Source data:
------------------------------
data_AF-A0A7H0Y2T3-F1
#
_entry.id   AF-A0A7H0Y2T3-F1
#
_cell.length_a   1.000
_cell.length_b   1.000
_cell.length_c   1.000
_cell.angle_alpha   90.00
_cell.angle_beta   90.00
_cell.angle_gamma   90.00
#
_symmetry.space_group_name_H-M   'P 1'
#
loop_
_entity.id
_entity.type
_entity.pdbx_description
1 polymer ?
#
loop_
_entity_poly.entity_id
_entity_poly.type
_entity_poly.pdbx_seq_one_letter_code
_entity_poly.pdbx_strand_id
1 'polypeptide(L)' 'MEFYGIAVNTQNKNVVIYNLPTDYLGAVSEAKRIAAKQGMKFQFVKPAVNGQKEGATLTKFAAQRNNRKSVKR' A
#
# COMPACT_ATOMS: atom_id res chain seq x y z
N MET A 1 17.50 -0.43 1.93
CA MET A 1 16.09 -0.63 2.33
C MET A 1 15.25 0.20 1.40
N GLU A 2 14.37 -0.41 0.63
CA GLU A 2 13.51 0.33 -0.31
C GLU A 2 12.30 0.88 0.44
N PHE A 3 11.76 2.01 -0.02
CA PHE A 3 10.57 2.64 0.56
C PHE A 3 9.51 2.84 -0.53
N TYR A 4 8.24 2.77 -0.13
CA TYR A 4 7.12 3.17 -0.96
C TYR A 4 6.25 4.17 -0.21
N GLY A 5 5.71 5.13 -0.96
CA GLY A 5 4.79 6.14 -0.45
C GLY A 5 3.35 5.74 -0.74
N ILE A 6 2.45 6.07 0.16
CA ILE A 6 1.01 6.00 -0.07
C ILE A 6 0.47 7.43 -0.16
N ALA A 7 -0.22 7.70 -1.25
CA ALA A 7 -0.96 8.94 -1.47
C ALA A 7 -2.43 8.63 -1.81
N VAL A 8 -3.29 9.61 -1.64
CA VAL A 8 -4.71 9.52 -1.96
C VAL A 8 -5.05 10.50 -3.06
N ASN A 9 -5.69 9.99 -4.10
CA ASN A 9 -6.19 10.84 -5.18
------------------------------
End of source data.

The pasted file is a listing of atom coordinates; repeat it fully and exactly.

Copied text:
data_AF-A0A7H0Y2T3-F1
#
_entry.id   AF-A0A7H0Y2T3-F1
#
_cell.length_a   1.000
_cell.length_b   1.000
_cell.length_c   1.000
_cell.angle_alpha   90.00
_cell.angle_beta   90.00
_cell.angle_gamma   90.00
#
_symmetry.space_group_name_H-M   'P 1'
#
loop_
_entity.id
_entity.type
_entity.pdbx_description
1 polymer ?
#
loop_
_entity_poly.entity_id
_entity_poly.type
_entity_poly.pdbx_seq_one_letter_code
_entity_poly.pdbx_strand_id
1 'polypeptide(L)' 'MEFYGIAVNTQNKNVVIYNLPTDYLGAVSEAKRIAAKQGMKFQFVKPAVNGQKEGATLTKFAAQRNNRKSVKR' A
#
# COMPACT_ATOMS: atom_id res chain seq x y z
N MET A 1 17.50 -0.43 1.93
CA MET A 1 16.09 -0.63 2.33
C MET A 1 15.25 0.20 1.40
N GLU A 2 14.37 -0.41 0.63
CA GLU A 2 13.51 0.33 -0.31
C GLU A 2 12.30 0.88 0.44
N PHE A 3 11.76 2.01 -0.02
CA PHE A 3 10.57 2.64 0.56
C PHE A 3 9.51 2.84 -0.53
N TYR A 4 8.24 2.77 -0.13
CA TYR A 4 7.12 3.17 -0.96
C TYR A 4 6.25 4.17 -0.21
N GLY A 5 5.71 5.13 -0.96
CA GLY A 5 4.79 6.14 -0.45
C GLY A 5 3.35 5.74 -0.74
N ILE A 6 2.45 6.07 0.16
CA ILE A 6 1.01 6.00 -0.07
C ILE A 6 0.47 7.43 -0.16
N ALA A 7 -0.22 7.70 -1.25
CA ALA A 7 -0.96 8.94 -1.47
C ALA A 7 -2.43 8.63 -1.81
N VAL A 8 -3.29 9.61 -1.64
CA VAL A 8 -4.71 9.52 -1.96
C VAL A 8 -5.05 10.50 -3.06
N ASN A 9 -5.69 9.99 -4.10
CA ASN A 9 -6.19 10.84 -5.18